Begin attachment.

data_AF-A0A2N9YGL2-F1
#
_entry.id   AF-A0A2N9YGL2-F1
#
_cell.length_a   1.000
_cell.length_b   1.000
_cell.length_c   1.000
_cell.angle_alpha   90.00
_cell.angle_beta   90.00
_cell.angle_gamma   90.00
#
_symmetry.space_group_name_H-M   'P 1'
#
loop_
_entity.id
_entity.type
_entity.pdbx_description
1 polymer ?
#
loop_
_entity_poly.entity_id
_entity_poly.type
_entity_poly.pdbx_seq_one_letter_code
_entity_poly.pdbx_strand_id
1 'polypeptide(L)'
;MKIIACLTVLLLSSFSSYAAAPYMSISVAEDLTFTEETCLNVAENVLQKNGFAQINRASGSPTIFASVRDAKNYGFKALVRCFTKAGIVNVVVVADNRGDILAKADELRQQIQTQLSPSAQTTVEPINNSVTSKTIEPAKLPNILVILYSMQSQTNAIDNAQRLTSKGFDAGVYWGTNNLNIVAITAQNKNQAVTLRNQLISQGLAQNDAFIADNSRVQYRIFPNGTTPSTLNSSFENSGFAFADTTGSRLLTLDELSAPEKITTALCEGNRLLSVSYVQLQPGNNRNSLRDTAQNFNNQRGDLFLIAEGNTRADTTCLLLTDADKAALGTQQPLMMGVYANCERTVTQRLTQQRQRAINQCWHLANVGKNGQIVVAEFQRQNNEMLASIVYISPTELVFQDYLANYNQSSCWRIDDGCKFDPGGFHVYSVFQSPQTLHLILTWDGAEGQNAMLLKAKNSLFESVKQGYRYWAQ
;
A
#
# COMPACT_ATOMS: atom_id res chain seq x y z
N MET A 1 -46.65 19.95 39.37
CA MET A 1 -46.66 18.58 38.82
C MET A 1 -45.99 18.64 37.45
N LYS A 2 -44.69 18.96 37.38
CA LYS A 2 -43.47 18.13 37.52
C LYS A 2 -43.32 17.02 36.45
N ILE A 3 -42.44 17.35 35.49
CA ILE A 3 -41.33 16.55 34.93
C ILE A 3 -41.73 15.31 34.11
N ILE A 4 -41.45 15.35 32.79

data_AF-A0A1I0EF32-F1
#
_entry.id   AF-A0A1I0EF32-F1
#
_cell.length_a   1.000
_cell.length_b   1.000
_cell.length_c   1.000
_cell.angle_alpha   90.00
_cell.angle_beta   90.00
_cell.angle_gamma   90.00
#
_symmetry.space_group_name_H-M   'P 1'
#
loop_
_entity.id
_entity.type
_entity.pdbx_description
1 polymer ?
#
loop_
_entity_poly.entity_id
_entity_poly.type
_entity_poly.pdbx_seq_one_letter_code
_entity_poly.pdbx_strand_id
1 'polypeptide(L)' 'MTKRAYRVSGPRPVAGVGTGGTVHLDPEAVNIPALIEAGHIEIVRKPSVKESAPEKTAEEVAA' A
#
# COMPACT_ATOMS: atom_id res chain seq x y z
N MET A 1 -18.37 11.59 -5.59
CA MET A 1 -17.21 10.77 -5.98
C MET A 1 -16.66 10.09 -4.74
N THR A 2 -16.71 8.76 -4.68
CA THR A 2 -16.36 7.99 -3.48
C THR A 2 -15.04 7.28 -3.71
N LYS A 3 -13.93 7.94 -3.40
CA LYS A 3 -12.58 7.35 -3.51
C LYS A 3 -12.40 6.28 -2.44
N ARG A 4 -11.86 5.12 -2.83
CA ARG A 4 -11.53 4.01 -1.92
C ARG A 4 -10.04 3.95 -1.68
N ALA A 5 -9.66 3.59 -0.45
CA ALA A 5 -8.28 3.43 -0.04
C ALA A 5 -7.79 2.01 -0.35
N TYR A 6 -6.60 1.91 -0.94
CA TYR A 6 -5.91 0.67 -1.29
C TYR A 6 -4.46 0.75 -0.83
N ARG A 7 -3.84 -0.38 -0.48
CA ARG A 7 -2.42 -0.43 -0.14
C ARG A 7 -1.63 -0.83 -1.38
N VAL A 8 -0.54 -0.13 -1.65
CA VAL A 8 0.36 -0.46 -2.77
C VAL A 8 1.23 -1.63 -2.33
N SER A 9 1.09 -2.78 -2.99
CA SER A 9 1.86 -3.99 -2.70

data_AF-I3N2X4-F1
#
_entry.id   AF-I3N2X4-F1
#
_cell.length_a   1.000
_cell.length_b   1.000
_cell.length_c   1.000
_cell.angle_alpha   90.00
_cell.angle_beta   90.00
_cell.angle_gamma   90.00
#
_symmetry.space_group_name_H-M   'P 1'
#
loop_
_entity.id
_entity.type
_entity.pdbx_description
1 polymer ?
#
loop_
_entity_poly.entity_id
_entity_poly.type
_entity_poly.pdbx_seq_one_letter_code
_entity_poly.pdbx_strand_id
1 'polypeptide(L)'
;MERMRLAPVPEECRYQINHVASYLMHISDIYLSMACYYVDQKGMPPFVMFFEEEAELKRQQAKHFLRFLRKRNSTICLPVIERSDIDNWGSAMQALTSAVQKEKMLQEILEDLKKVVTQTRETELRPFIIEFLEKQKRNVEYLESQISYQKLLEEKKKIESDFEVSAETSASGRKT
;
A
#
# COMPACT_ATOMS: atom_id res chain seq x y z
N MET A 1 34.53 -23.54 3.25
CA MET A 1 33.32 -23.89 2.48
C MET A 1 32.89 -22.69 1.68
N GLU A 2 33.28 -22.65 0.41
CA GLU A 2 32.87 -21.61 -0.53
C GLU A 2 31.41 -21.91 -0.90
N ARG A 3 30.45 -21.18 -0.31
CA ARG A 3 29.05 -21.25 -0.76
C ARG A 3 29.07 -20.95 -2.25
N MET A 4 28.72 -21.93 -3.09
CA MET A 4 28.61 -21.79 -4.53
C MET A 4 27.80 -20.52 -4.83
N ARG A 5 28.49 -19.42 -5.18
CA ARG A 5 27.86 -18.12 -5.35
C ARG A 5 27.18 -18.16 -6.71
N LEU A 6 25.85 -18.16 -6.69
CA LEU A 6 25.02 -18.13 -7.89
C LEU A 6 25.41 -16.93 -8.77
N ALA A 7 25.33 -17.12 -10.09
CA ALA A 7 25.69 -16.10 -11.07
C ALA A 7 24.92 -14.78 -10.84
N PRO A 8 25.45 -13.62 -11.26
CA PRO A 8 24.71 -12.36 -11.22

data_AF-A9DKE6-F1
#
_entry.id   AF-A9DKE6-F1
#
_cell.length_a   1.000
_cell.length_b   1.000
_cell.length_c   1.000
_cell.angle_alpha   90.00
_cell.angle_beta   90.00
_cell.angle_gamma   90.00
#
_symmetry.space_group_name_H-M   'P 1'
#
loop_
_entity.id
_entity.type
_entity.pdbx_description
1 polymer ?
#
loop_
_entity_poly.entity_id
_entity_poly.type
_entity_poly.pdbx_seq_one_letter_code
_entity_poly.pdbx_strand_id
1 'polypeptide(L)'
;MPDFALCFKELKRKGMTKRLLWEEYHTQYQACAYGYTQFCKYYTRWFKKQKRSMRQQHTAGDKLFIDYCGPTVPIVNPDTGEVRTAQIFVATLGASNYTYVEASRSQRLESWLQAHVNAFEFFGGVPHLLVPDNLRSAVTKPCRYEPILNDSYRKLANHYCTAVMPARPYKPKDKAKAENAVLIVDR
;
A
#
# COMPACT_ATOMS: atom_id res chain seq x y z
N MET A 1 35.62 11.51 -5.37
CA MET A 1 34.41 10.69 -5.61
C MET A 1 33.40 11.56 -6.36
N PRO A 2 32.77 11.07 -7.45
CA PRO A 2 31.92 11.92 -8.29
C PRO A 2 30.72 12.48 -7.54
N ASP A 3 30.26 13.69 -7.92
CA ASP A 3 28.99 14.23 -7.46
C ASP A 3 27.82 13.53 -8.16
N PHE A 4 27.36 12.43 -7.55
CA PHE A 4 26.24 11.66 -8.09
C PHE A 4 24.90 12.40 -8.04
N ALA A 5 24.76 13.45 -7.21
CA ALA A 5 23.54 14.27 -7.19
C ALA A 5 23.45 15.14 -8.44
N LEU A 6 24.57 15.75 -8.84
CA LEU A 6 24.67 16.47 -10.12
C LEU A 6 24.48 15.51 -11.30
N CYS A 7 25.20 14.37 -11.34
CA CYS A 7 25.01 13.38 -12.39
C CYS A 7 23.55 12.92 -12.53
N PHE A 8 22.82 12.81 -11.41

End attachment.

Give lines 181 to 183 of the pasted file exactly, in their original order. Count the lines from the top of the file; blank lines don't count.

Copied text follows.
CA PRO A 2 31.92 11.92 -8.29
C PRO A 2 30.72 12.48 -7.54
N ASP A 3 30.26 13.69 -7.92